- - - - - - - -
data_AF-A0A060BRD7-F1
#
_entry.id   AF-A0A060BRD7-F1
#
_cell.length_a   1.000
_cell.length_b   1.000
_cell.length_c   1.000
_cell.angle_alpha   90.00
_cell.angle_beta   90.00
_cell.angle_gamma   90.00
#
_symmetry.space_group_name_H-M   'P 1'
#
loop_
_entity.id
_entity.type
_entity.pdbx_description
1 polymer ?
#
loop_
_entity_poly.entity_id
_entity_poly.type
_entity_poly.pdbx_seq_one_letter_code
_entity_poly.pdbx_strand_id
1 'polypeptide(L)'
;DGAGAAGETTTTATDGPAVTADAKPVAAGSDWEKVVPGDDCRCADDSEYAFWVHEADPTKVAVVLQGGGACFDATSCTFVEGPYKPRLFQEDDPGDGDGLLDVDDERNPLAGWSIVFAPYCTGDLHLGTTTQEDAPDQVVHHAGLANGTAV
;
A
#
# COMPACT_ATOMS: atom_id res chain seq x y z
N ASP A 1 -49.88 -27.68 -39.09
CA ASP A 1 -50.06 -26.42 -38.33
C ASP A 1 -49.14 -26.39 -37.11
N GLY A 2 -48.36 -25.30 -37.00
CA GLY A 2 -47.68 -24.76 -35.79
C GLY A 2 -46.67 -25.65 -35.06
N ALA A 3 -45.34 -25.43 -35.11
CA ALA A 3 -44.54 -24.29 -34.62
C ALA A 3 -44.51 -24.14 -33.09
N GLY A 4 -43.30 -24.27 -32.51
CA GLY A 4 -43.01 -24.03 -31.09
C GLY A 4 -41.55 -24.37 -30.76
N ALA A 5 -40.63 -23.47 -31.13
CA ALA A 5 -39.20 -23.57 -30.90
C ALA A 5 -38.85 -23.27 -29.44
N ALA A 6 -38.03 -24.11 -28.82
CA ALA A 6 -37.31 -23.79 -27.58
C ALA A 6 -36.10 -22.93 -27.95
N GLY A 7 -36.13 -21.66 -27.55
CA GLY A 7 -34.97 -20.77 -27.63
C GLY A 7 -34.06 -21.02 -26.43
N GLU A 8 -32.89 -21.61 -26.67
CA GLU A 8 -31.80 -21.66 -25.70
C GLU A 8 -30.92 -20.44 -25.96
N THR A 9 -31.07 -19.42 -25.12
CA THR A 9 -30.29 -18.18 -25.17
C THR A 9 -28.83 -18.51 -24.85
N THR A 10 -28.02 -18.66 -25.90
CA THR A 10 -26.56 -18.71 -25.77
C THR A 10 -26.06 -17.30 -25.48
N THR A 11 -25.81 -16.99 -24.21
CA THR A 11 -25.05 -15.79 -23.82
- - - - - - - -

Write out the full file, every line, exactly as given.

data_AF-A0A060BRD7-F1
#
_entry.id   AF-A0A060BRD7-F1
#
_cell.length_a   1.000
_cell.length_b   1.000
_cell.length_c   1.000
_cell.angle_alpha   90.00
_cell.angle_beta   90.00
_cell.angle_gamma   90.00
#
_symmetry.space_group_name_H-M   'P 1'
#
loop_
_entity.id
_entity.type
_entity.pdbx_description
1 polymer ?
#
loop_
_entity_poly.entity_id
_entity_poly.type
_entity_poly.pdbx_seq_one_letter_code
_entity_poly.pdbx_strand_id
1 'polypeptide(L)'
;DGAGAAGETTTTATDGPAVTADAKPVAAGSDWEKVVPGDDCRCADDSEYAFWVHEADPTKVAVVLQGGGACFDATSCTFVEGPYKPRLFQEDDPGDGDGLLDVDDERNPLAGWSIVFAPYCTGDLHLGTTTQEDAPDQVVHHAGLANGTAV
;
A
#
# COMPACT_ATOMS: atom_id res chain seq x y z
N ASP A 1 -49.88 -27.68 -39.09
CA ASP A 1 -50.06 -26.42 -38.33
C ASP A 1 -49.14 -26.39 -37.11
N GLY A 2 -48.36 -25.30 -37.00
CA GLY A 2 -47.68 -24.76 -35.79
C GLY A 2 -46.67 -25.65 -35.06
N ALA A 3 -45.34 -25.43 -35.11
CA ALA A 3 -44.54 -24.29 -34.62
C ALA A 3 -44.51 -24.14 -33.09
N GLY A 4 -43.30 -24.27 -32.51
CA GLY A 4 -43.01 -24.03 -31.09
C GLY A 4 -41.55 -24.37 -30.76
N ALA A 5 -40.63 -23.47 -31.13
CA ALA A 5 -39.20 -23.57 -30.90
C ALA A 5 -38.85 -23.27 -29.44
N ALA A 6 -38.03 -24.11 -28.82
CA ALA A 6 -37.31 -23.79 -27.58
C ALA A 6 -36.10 -22.93 -27.95
N GLY A 7 -36.13 -21.66 -27.55
CA GLY A 7 -34.97 -20.77 -27.63
C GLY A 7 -34.06 -21.02 -26.43
N GLU A 8 -32.89 -21.61 -26.67
CA GLU A 8 -31.80 -21.66 -25.70
C GLU A 8 -30.92 -20.44 -25.96
N THR A 9 -31.07 -19.42 -25.12
CA THR A 9 -30.29 -18.18 -25.17
C THR A 9 -28.83 -18.51 -24.85
N THR A 10 -28.02 -18.66 -25.90
CA THR A 10 -26.56 -18.71 -25.77
C THR A 10 -26.06 -17.30 -25.48
N THR A 11 -25.81 -16.99 -24.21
CA THR A 11 -25.05 -15.79 -23.82